2014年8月2日星期六

Demonstration of the Windows/Office "Insecure Temporary File Dropping" Vulnerability

As it's described here, recently I discovered a potential RTF-related zero-day in Windows/Office at my daily work. This is really an interesting study for me, thus I took some of my free time digging more on the weekend - specifically, my goal was to find a real-world exploitation example to show how bad guys can really take advantage of this problem. I didn't go too far on this, after reviewing various environments on my computers, I've found the Java update program is a good example.

I wonder there is no better way to demonstrate than recording a video.




As you can find in the video, I made the RTF drop a dll with the filename "VERSION.dll" into the Windows Temp Folder. Later, when the user tries to update his/her Java (when the RTF is still being opened) following the instructions in the RTF document, a "calc.exe" will be popped right away.

The reason the exploitation works is that besides the "Insecure Temporary File Dropping" (let me just call that:P) vulnerability, the Java installation application has a dll-preloading issue, the issue makes the application load the "VERSION.dll" from the temp folder.

The process:
  1. Malicious "VERSION.dll" is dropped into the temp folder by exploiting the "Insecure Temporary File Dropping" vulnerability.
  2. Java updater downloads the Java installation program, into the temp folder, as well.
  3. Java updater runs the downloaded Java installation program from the temp folder.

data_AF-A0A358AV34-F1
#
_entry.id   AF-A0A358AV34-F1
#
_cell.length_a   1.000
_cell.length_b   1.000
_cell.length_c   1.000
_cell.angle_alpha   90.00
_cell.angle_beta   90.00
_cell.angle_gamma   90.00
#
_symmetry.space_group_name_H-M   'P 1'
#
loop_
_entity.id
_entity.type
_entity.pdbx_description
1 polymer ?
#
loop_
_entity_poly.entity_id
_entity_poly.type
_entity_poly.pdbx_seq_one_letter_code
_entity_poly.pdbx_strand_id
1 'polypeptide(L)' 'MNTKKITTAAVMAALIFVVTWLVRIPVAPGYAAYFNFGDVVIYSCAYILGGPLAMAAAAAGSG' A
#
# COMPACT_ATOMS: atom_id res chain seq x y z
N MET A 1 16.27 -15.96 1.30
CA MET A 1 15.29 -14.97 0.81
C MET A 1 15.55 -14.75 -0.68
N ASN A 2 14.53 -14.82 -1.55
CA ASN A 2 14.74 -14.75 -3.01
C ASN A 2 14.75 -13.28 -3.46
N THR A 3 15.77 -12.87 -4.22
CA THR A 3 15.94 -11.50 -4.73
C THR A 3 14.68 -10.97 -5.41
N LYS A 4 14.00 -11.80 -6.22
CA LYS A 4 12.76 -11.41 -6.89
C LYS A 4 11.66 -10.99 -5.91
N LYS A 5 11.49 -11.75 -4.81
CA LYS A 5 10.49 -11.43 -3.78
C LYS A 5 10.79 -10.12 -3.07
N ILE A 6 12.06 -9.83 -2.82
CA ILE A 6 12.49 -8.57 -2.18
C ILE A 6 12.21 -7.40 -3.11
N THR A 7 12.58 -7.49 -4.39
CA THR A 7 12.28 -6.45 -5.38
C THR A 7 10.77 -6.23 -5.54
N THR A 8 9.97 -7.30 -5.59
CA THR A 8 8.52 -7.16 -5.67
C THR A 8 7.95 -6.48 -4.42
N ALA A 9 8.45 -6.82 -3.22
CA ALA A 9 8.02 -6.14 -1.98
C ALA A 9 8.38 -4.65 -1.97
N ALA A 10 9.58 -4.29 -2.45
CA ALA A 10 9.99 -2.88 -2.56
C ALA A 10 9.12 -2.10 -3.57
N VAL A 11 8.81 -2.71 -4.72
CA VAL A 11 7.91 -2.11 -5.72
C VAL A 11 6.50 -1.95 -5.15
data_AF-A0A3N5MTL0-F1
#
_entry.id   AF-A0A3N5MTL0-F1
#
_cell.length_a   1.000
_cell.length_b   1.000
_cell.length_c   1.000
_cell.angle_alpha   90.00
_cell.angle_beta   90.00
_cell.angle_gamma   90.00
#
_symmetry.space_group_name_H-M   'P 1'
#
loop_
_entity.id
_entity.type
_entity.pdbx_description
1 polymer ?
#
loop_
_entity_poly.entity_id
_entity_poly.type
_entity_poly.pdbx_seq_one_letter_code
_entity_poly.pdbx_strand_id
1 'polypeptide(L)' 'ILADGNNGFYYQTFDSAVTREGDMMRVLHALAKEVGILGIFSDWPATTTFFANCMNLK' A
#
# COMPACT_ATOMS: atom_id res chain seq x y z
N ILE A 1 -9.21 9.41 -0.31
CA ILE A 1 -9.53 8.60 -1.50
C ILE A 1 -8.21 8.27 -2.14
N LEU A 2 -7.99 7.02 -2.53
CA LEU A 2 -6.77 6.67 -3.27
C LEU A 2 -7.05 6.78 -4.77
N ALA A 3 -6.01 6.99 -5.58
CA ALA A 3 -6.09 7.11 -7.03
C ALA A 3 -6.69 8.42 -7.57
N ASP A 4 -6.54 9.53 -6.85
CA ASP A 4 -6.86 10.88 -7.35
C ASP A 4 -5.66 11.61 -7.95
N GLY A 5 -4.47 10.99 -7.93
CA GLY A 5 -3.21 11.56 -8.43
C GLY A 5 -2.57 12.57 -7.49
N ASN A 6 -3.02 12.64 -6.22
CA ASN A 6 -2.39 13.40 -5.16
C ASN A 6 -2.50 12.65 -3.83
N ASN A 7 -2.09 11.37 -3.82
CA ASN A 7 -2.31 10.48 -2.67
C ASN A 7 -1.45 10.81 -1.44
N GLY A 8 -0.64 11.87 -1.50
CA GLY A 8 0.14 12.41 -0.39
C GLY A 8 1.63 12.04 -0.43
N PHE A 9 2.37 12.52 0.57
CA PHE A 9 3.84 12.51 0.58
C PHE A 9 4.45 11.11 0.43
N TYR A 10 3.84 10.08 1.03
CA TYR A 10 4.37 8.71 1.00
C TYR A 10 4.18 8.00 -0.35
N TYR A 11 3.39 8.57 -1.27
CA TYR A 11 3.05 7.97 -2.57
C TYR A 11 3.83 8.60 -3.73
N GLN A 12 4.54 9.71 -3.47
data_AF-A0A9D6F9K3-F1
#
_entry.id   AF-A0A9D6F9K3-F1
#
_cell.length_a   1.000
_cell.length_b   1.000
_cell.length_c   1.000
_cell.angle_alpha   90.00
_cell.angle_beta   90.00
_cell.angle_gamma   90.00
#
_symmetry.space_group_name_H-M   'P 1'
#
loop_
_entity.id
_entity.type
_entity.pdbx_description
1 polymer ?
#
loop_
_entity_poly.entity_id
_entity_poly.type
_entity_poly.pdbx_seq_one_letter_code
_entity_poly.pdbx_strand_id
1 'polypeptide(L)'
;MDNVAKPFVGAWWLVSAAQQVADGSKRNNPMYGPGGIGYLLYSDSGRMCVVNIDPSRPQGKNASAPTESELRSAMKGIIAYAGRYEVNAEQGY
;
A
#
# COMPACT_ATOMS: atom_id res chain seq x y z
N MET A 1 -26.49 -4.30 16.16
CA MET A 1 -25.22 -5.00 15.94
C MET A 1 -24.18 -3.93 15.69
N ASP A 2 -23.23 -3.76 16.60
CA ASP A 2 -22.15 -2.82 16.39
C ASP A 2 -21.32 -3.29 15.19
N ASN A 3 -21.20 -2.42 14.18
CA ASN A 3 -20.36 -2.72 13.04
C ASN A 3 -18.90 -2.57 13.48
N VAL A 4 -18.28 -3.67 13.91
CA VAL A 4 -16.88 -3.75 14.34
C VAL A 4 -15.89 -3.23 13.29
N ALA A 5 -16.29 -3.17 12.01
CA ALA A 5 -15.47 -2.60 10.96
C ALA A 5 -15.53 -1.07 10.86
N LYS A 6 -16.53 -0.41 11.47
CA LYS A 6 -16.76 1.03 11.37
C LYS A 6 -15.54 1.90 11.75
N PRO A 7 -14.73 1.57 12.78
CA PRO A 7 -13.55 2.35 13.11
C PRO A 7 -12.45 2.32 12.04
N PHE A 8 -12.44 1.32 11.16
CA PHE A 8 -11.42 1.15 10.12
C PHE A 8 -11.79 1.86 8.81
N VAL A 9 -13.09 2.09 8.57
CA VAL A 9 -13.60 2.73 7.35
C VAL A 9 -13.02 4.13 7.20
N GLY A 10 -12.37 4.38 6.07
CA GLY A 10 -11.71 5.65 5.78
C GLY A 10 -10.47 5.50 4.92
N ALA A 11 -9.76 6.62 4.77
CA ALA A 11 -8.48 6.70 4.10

4. The Java installation program has a dll-preloading problem, which will search and load the "VERSION.dll" in the application directory prioring to the system-default "VERSION.dll" (application directory is the 1st place to be searched), where the application directory is in fact the temp directory, so the previous dropped malicious "VERSION.dll" will be loaded.
    Pwned!

    I hope this quick post will raise the awareness for this zero-day issue (well, in the hope for a better defense). When you first look at this problem, it sounds not a big deal, but actually if you consider the complexity of the computing environments we are facing these days, the problem can make something bigger than you thought. The interoperability of different programs is the key for this exploitation, this demo requires an user interaction but we can bet there is a chance to do it automatically (for example, if this is an automatic update). For some side thoughts, today we have got so many memory-based mitigations such as ASLR and DEP, while they are all ineffective for such a "behavior/logic"-based attack.:-)

    Thanks,
    Haifei

    * Declaration: this post as well as other posts on this blog site reflects the author's personal opinions only.

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